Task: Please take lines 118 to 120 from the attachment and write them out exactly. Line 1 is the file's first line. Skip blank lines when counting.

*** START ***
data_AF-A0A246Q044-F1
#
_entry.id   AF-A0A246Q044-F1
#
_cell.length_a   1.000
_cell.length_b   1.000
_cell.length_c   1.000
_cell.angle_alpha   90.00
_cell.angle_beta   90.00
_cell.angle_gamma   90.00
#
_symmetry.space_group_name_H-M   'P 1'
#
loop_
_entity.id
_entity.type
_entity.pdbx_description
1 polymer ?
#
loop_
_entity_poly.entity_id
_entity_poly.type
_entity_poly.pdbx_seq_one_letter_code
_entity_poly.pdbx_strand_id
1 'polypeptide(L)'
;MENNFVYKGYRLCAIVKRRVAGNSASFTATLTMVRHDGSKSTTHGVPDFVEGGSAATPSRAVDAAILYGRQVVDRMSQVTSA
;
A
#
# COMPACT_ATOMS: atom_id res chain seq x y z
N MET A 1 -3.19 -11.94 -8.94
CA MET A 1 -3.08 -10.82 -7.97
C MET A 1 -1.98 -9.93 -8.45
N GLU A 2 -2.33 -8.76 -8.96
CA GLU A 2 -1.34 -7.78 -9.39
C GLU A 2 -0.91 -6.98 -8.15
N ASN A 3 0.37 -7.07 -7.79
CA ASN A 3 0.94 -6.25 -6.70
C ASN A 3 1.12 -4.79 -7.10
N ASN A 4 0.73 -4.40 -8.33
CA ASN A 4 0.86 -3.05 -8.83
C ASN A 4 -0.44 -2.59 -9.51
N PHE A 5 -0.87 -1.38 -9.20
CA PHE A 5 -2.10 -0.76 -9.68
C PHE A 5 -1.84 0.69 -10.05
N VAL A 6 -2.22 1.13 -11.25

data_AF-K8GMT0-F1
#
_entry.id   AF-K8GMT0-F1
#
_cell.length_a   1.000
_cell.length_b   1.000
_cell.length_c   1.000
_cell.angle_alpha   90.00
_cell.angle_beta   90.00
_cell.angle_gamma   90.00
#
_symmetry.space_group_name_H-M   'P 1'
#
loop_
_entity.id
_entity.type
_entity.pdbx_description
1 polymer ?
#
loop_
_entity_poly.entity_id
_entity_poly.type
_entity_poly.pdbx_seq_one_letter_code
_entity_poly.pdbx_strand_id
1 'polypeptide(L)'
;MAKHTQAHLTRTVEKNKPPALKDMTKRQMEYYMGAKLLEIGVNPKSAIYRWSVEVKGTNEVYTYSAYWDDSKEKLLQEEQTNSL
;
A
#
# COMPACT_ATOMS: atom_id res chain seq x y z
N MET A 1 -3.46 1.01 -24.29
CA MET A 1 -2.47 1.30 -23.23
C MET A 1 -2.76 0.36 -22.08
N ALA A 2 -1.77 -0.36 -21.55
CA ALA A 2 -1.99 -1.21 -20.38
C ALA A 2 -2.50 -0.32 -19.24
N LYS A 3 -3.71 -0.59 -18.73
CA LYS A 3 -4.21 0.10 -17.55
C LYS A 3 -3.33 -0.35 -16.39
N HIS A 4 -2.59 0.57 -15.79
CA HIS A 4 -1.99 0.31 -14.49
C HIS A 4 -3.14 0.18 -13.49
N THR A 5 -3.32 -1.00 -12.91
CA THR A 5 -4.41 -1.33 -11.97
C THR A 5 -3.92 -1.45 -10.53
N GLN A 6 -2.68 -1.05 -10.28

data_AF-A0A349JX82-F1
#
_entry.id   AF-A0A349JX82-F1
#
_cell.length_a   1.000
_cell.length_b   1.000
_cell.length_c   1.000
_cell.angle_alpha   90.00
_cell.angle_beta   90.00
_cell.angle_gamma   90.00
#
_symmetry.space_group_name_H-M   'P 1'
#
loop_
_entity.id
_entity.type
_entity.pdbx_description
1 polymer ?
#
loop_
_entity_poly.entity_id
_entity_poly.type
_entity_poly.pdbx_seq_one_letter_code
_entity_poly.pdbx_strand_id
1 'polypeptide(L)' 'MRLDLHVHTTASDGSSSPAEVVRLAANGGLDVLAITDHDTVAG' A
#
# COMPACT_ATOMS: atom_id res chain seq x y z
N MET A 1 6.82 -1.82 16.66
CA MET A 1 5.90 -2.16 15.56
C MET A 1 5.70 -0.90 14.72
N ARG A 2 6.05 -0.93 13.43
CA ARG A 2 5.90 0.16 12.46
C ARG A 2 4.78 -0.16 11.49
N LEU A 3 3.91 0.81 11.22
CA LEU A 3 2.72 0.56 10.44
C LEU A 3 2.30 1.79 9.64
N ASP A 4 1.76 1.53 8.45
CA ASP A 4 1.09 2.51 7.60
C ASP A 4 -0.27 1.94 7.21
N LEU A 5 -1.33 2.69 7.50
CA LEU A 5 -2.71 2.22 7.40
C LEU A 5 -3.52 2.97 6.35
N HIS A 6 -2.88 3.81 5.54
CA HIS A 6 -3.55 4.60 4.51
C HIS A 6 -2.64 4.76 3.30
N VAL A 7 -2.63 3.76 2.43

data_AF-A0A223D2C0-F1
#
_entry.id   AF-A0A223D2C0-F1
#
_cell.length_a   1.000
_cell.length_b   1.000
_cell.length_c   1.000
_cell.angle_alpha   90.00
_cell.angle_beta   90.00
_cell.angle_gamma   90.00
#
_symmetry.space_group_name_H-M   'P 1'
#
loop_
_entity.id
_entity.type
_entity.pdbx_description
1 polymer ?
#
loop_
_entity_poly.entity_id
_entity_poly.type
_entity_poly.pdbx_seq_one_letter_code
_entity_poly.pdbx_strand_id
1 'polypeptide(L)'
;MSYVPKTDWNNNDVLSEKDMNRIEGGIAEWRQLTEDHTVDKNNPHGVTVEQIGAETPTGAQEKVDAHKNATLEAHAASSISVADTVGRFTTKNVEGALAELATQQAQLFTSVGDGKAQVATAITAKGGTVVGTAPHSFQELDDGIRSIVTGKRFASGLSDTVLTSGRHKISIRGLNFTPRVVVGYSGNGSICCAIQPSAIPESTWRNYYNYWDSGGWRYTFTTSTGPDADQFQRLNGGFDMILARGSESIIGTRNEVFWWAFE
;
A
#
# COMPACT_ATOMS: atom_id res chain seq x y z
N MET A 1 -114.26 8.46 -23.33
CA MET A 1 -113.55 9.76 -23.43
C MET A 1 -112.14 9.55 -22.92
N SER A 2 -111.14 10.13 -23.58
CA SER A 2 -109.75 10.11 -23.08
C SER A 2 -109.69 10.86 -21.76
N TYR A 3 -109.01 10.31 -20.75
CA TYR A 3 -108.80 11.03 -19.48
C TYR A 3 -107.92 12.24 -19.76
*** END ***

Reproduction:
#
# COMPACT_ATOMS: atom_id res chain seq x y z
N MET A 1 6.82 -1.82 16.66